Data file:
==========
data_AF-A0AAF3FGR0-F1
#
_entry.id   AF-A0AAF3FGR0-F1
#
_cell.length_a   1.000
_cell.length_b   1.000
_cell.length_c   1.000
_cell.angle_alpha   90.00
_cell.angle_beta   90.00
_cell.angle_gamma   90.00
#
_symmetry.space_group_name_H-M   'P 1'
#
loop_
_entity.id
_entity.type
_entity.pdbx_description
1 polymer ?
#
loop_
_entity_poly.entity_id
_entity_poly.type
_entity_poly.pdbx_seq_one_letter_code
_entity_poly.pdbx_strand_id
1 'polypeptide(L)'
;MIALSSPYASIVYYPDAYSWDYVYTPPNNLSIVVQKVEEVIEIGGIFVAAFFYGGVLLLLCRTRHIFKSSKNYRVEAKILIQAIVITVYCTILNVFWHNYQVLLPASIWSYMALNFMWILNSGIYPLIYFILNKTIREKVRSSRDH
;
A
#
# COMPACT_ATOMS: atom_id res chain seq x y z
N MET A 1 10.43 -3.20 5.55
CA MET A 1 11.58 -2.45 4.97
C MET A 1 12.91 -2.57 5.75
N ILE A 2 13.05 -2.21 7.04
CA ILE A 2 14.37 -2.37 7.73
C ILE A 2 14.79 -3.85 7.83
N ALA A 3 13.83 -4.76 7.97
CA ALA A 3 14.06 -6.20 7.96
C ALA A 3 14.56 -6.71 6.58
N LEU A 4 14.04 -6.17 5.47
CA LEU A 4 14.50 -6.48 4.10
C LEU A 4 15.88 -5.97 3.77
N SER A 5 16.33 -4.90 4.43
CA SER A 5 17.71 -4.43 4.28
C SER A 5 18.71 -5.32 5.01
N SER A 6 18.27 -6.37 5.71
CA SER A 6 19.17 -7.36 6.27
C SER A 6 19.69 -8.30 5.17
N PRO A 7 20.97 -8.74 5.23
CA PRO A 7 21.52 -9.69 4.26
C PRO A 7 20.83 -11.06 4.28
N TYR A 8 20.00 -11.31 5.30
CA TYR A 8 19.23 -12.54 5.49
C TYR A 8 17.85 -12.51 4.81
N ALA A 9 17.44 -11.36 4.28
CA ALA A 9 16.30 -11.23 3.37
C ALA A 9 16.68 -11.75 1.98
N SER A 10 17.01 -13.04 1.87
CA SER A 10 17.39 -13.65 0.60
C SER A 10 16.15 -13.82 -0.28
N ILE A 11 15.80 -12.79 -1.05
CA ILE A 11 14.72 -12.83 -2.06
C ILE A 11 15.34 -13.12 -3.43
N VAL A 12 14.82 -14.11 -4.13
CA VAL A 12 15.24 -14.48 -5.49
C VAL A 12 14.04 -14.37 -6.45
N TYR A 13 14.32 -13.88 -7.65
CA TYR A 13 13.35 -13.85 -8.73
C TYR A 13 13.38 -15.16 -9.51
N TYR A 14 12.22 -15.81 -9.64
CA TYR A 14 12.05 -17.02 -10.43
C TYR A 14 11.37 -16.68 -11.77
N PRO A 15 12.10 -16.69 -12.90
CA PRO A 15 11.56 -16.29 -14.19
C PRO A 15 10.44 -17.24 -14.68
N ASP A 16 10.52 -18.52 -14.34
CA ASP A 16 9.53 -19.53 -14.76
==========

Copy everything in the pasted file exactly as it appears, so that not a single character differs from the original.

data_AF-A0AAF3FGR0-F1
#
_entry.id   AF-A0AAF3FGR0-F1
#
_cell.length_a   1.000
_cell.length_b   1.000
_cell.length_c   1.000
_cell.angle_alpha   90.00
_cell.angle_beta   90.00
_cell.angle_gamma   90.00
#
_symmetry.space_group_name_H-M   'P 1'
#
loop_
_entity.id
_entity.type
_entity.pdbx_description
1 polymer ?
#
loop_
_entity_poly.entity_id
_entity_poly.type
_entity_poly.pdbx_seq_one_letter_code
_entity_poly.pdbx_strand_id
1 'polypeptide(L)'
;MIALSSPYASIVYYPDAYSWDYVYTPPNNLSIVVQKVEEVIEIGGIFVAAFFYGGVLLLLCRTRHIFKSSKNYRVEAKILIQAIVITVYCTILNVFWHNYQVLLPASIWSYMALNFMWILNSGIYPLIYFILNKTIREKVRSSRDH
;
A
#
# COMPACT_ATOMS: atom_id res chain seq x y z
N MET A 1 10.43 -3.20 5.55
CA MET A 1 11.58 -2.45 4.97
C MET A 1 12.91 -2.57 5.75
N ILE A 2 13.05 -2.21 7.04
CA ILE A 2 14.37 -2.37 7.73
C ILE A 2 14.79 -3.85 7.83
N ALA A 3 13.83 -4.76 7.97
CA ALA A 3 14.06 -6.20 7.96
C ALA A 3 14.56 -6.71 6.58
N LEU A 4 14.04 -6.17 5.47
CA LEU A 4 14.50 -6.48 4.10
C LEU A 4 15.88 -5.97 3.77
N SER A 5 16.33 -4.90 4.43
CA SER A 5 17.71 -4.43 4.28
C SER A 5 18.71 -5.32 5.01
N SER A 6 18.27 -6.37 5.71
CA SER A 6 19.17 -7.36 6.27
C SER A 6 19.69 -8.30 5.17
N PRO A 7 20.97 -8.74 5.23
CA PRO A 7 21.52 -9.69 4.26
C PRO A 7 20.83 -11.06 4.28
N TYR A 8 20.00 -11.31 5.30
CA TYR A 8 19.23 -12.54 5.49
C TYR A 8 17.85 -12.51 4.81
N ALA A 9 17.44 -11.36 4.28
CA ALA A 9 16.30 -11.23 3.37
C ALA A 9 16.68 -11.75 1.98
N SER A 10 17.01 -13.04 1.87
CA SER A 10 17.39 -13.65 0.60
C SER A 10 16.15 -13.82 -0.28
N ILE A 11 15.80 -12.79 -1.05
CA ILE A 11 14.72 -12.83 -2.06
C ILE A 11 15.34 -13.12 -3.43
N VAL A 12 14.82 -14.11 -4.13
CA VAL A 12 15.24 -14.48 -5.49
C VAL A 12 14.04 -14.37 -6.45
N TYR A 13 14.32 -13.88 -7.65
CA TYR A 13 13.35 -13.85 -8.73
C TYR A 13 13.38 -15.16 -9.51
N TYR A 14 12.22 -15.81 -9.64
CA TYR A 14 12.05 -17.02 -10.43
C TYR A 14 11.37 -16.68 -11.77
N PRO A 15 12.10 -16.69 -12.90
CA PRO A 15 11.56 -16.29 -14.19
C PRO A 15 10.44 -17.24 -14.68
N ASP A 16 10.52 -18.52 -14.34
CA ASP A 16 9.53 -19.53 -14.76